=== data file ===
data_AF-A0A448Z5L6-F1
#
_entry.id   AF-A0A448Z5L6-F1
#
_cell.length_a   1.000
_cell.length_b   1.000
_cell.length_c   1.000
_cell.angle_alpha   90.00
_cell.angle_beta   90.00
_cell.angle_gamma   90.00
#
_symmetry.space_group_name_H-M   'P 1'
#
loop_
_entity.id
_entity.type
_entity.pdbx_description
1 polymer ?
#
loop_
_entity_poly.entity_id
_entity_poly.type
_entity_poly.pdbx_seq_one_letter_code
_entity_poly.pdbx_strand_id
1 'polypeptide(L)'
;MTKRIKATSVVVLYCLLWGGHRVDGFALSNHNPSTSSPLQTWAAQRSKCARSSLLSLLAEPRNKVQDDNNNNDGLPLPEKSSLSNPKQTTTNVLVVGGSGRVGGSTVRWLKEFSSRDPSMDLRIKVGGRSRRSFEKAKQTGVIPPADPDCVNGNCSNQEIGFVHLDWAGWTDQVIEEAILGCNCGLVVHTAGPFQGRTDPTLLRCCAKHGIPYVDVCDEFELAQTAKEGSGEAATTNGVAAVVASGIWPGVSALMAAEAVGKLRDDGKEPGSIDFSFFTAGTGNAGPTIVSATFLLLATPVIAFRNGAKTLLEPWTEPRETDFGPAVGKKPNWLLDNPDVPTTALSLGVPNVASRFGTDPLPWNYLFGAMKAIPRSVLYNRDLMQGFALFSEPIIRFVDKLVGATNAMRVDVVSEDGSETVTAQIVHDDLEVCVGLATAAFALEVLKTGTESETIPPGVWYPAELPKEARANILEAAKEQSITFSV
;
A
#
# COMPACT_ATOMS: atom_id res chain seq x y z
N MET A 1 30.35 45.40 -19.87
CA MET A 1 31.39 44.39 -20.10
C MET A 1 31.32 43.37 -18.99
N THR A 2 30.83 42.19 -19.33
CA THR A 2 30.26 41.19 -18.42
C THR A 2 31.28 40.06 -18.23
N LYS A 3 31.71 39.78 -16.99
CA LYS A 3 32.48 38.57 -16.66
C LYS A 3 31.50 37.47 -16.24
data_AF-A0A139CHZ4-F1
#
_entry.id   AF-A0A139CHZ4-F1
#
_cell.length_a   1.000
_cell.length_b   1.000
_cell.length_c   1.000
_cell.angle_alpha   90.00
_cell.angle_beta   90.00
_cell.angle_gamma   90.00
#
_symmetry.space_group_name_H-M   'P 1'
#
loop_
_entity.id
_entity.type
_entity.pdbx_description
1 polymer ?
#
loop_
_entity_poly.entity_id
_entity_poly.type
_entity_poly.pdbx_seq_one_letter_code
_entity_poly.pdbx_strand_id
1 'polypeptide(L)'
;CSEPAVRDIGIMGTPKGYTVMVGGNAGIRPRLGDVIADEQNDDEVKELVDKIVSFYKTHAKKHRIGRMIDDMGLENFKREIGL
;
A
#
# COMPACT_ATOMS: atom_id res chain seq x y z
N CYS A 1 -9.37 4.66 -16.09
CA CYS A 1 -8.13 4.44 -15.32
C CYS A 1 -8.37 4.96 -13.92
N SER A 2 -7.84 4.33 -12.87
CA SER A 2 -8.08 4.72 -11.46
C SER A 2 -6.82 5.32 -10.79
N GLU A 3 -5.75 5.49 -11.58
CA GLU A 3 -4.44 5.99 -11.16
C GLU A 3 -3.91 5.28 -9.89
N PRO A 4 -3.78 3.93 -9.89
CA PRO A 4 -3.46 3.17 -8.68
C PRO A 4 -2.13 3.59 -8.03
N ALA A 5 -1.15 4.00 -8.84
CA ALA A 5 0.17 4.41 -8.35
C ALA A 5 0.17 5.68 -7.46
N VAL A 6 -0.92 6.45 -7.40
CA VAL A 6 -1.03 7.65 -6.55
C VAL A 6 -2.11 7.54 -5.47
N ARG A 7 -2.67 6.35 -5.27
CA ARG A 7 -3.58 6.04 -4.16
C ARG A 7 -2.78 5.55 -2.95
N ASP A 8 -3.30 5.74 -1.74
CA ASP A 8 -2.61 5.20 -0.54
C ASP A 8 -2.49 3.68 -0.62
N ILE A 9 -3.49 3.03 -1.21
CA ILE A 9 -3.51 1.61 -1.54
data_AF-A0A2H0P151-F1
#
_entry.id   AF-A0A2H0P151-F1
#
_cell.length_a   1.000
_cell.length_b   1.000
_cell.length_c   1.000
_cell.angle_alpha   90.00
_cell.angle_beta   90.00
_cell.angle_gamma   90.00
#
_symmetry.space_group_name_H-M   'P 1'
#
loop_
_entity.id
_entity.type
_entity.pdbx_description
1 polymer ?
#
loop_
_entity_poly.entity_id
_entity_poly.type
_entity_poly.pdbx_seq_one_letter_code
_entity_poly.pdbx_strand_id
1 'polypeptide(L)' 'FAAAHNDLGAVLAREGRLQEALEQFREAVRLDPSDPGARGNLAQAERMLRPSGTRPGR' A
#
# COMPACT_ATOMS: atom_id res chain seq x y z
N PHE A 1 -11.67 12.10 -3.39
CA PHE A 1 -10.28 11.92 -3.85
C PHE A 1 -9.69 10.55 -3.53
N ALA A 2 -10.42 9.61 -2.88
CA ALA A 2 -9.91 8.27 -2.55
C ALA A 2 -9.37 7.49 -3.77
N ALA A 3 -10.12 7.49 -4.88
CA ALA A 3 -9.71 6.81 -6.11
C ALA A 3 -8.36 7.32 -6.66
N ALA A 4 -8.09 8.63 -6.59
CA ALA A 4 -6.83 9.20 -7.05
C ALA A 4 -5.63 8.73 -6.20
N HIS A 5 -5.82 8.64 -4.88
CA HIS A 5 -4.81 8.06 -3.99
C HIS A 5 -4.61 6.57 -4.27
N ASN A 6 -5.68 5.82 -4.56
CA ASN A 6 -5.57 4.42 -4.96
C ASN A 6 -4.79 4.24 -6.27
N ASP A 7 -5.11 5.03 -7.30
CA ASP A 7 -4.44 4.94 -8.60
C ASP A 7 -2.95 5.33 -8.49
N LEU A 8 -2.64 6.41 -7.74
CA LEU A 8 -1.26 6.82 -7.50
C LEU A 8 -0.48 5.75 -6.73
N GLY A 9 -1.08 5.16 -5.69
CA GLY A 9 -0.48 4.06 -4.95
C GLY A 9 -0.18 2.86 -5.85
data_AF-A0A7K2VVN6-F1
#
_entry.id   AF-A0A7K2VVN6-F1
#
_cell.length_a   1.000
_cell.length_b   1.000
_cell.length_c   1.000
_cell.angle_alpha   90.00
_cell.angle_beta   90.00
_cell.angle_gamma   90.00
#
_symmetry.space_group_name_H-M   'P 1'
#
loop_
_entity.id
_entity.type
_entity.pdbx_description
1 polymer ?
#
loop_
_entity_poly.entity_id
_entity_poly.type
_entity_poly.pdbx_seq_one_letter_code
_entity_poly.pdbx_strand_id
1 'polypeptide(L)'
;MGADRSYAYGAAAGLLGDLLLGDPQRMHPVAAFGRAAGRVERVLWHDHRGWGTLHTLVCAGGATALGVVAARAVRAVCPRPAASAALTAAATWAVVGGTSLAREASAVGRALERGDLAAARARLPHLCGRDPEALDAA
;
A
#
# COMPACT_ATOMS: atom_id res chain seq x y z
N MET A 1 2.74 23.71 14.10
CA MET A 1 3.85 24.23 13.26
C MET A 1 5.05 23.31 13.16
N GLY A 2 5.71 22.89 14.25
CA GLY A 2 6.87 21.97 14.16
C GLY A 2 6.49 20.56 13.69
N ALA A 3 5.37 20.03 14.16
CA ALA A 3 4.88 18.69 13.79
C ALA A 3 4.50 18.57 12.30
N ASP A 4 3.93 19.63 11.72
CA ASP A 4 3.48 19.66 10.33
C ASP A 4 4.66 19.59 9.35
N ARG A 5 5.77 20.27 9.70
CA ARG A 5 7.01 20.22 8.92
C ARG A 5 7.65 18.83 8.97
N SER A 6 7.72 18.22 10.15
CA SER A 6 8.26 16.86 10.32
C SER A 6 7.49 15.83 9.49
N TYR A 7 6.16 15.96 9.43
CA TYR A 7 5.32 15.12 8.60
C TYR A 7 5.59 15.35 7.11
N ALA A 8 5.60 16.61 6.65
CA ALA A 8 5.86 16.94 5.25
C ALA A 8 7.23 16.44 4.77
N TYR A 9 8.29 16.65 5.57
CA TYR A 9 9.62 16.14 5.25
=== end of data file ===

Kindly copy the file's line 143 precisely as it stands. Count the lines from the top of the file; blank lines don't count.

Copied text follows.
C ASP A 7 -2.95 5.33 -8.49